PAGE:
Revolut to launch an affordable business acquisition solution; company says Ireland is one of its key centres
Revolut announced on Friday that it will introduce an affordable acquisition solution for businesses that will allow them to add plug-in checkout software or create their own custom features to make card payments online.
With the new acquisition solution, business customers can take advantage of lower fees and competitive rates. The fee will be 1.3% for UK and EEA cards and 2.8% for other regions. Additionally, customers on paid plans will receive a free card payment acceptance allowance every month at no extra cost.
The British financial technology company hopes that the new project will help them advance against rivals such as Stripe, an online payment company founded by the Irish brothers Patrick and John Collison, as well as Dutch competitor, Ayden.
Nikolay Storonsky, the co-founder and chief executive of Revolut stated that the new acquiring solution is a game changer for businesses as it offers better value to business customers than Ayden or Stripe.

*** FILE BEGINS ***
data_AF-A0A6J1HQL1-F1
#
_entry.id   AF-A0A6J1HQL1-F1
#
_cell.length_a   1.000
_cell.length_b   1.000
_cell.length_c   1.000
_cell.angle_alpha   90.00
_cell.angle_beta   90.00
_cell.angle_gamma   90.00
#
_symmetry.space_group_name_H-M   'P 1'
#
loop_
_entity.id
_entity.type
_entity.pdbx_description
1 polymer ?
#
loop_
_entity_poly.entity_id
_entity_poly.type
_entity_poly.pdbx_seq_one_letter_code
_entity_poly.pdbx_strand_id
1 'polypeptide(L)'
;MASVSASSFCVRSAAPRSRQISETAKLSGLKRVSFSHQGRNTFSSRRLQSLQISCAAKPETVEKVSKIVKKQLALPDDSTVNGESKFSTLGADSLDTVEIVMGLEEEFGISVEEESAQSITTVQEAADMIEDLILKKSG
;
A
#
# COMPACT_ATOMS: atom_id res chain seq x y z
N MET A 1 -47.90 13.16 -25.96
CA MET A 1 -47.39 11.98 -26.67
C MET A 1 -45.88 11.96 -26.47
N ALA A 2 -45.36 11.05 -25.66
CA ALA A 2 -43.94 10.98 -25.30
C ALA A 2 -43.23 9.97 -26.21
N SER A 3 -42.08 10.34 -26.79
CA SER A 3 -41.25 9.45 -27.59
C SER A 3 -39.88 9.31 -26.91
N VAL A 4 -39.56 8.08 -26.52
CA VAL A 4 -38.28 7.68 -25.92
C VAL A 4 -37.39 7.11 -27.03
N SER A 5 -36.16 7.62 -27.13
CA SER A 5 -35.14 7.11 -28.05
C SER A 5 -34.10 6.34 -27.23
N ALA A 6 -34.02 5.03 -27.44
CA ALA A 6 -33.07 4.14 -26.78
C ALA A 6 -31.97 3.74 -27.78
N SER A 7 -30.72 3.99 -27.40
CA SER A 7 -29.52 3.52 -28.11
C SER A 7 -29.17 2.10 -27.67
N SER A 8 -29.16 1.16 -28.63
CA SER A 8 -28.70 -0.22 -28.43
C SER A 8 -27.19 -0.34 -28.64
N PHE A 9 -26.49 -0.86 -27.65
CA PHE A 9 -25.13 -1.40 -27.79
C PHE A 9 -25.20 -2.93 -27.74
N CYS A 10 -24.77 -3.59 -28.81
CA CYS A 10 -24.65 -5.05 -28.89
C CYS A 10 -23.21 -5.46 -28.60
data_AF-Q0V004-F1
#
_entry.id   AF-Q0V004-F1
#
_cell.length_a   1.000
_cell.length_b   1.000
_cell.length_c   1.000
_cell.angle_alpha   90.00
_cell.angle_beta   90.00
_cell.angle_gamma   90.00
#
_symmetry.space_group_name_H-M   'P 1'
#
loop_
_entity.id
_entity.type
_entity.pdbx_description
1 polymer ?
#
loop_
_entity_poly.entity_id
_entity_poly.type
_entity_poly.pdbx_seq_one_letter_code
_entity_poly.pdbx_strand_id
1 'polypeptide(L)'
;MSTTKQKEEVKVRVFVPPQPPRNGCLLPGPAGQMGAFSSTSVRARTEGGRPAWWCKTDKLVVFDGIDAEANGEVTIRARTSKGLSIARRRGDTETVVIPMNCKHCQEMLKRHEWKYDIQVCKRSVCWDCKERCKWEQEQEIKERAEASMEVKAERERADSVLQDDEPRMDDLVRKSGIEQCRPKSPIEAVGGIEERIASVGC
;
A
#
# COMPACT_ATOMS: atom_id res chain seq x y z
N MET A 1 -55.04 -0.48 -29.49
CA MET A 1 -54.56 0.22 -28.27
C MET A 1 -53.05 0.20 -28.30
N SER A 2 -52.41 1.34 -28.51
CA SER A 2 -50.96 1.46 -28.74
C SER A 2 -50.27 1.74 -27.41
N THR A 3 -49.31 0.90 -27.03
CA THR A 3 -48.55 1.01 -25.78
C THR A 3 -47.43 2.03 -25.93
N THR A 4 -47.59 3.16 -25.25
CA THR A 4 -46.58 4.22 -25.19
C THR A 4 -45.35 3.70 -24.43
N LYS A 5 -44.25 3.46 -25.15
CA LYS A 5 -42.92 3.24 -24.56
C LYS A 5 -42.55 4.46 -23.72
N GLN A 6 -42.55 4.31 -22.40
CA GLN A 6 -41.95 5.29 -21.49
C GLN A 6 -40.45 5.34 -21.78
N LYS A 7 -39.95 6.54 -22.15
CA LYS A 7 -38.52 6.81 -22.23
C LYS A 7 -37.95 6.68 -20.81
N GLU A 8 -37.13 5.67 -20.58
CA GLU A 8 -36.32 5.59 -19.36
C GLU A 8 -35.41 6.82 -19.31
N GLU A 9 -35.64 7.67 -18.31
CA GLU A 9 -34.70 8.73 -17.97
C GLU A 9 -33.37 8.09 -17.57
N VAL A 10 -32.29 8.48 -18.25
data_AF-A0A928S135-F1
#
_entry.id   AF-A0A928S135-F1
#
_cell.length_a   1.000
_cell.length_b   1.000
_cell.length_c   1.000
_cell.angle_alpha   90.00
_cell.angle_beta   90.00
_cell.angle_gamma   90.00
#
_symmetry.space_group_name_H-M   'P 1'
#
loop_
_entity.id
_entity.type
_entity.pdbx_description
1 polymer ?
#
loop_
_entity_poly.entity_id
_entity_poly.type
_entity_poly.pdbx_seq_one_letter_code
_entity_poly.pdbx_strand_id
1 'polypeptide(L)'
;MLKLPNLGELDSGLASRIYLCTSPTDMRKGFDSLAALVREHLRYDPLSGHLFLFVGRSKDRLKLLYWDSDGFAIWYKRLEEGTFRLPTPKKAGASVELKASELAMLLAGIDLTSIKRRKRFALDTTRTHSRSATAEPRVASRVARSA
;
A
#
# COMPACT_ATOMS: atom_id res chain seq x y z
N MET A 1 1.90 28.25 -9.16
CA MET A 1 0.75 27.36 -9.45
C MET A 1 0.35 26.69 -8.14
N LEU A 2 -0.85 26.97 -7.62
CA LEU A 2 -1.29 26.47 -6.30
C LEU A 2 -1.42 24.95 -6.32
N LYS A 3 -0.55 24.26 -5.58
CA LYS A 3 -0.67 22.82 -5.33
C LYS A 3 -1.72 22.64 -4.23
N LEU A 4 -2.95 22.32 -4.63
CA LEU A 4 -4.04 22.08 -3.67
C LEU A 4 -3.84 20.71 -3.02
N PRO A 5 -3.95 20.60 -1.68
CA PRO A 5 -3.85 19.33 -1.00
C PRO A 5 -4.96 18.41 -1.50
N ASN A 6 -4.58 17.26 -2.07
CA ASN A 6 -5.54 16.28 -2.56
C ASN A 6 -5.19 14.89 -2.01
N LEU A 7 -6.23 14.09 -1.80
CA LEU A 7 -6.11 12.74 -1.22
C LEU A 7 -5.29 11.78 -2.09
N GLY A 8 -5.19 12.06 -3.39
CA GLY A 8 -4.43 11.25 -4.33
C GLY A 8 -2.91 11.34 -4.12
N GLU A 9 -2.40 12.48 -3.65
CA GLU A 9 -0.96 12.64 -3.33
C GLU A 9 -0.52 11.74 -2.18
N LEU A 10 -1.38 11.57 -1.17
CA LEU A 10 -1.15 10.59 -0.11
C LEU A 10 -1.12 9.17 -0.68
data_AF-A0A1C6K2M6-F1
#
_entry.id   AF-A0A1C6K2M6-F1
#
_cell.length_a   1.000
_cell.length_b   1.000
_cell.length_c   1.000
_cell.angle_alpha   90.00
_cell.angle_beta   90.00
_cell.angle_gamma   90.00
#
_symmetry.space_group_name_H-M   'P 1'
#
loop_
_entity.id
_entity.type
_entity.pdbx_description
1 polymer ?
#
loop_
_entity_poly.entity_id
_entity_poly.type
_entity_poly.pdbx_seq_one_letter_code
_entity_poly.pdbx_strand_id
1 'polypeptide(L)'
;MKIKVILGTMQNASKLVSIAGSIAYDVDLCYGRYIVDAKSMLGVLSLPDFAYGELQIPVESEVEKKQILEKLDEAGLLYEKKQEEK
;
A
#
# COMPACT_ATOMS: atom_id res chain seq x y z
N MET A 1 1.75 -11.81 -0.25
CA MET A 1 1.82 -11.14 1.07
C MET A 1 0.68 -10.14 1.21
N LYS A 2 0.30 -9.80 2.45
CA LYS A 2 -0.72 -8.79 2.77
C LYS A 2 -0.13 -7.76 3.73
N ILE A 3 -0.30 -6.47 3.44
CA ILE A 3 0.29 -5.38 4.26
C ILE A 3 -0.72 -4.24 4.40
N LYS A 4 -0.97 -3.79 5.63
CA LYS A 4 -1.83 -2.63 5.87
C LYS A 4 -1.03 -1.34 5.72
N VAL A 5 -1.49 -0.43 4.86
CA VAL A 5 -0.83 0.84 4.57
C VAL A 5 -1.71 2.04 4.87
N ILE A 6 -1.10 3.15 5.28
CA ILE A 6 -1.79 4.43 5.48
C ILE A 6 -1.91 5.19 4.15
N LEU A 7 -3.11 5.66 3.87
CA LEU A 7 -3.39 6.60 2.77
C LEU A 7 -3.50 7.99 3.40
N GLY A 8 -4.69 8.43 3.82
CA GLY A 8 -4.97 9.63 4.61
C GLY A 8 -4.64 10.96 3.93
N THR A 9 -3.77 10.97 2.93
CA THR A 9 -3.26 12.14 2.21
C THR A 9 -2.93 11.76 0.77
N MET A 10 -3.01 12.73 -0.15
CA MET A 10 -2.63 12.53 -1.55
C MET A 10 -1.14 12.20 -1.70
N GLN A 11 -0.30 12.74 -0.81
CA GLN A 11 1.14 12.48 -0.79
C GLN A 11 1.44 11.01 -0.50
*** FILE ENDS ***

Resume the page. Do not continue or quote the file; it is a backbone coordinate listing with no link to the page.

Founded in July 2015 by Mr. Storonsky and Mr. Vlad Yatsenko, Revolut now has 1.2 million customers in the Republic of Ireland and is optimistic that, given the pace at which it is rising locally, it will reach two million.
“One in three Irish adults now has a Revolut account and on Black Friday alone we had more than 400,000 people in Ireland shopping via Revolut,” said Mr. Storonsky. Mr. Storonsky added that the company’s business accounts are growing rapidly and they have a great opportunity in Ireland.
He also said that the Republic is one of the key hubs of Revolut, as it is now being used as a base to support Fintech’s banking operations for the whole of Western Europe.
Earlier this year the company revealed that it was applying for an e-money licence from the Central Bank as it confirmed plans to move responsibility for its European payments from London to Dublin due to Brexit.
Revolut has processed more than one billion transactions worth over $100 billion since it was founded. The London-based company posted a pre-tax loss of £107 million last year as revenues jumped 180% to £163 million. Overall the company has 12 million customers worldwide.
Co-founder Storonsky said revenues declined by 40% during the early days of the pandemic but that the company was now up to 50% ahead of its revenue forecasts now due largely to cost cutting. Mr. Storonsky also said that the company is now actively considering a number of new markets, including India and the Philippines.